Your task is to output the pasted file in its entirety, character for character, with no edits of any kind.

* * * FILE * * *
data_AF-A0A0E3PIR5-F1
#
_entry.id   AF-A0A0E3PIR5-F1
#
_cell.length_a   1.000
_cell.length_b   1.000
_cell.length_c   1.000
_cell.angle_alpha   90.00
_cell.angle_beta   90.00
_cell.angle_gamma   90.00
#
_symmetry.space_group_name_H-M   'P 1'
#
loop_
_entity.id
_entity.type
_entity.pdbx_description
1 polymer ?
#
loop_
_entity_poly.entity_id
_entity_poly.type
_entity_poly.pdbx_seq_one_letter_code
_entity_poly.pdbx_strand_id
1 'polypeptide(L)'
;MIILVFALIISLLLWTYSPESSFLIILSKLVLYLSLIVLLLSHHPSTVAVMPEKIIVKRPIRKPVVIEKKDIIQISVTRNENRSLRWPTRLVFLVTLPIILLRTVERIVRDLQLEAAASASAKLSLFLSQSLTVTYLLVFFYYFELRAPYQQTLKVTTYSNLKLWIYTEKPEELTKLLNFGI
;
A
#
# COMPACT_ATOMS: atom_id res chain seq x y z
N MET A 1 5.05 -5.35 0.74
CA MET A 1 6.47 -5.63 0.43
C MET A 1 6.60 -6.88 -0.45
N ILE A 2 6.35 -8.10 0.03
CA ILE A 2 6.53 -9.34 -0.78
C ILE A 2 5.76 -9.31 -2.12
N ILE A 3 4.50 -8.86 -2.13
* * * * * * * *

data_AF-A0A0E3PIR5-F1
#
_entry.id   AF-A0A0E3PIR5-F1
#
_cell.length_a   1.000
_cell.length_b   1.000
_cell.length_c   1.000
_cell.angle_alpha   90.00
_cell.angle_beta   90.00
_cell.angle_gamma   90.00
#
_symmetry.space_group_name_H-M   'P 1'
#
loop_
_entity.id
_entity.type
_entity.pdbx_description
1 polymer ?
#
loop_
_entity_poly.entity_id
_entity_poly.type
_entity_poly.pdbx_seq_one_letter_code
_entity_poly.pdbx_strand_id
1 'polypeptide(L)'
;MIILVFALIISLLLWTYSPESSFLIILSKLVLYLSLIVLLLSHHPSTVAVMPEKIIVKRPIRKPVVIEKKDIIQISVTRNENRSLRWPTRLVFLVTLPIILLRTVERIVRDLQLEAAASASAKLSLFLSQSLTVTYLLVFFYYFELRAPYQQTLKVTTYSNLKLWIYTEKPEELTKLLNFGI
;
A
#
# COMPACT_ATOMS: atom_id res chain seq x y z
N MET A 1 5.05 -5.35 0.74
CA MET A 1 6.47 -5.63 0.43
C MET A 1 6.60 -6.88 -0.45
N ILE A 2 6.35 -8.10 0.03
CA ILE A 2 6.53 -9.34 -0.78
C ILE A 2 5.76 -9.31 -2.12
N ILE A 3 4.50 -8.86 -2.13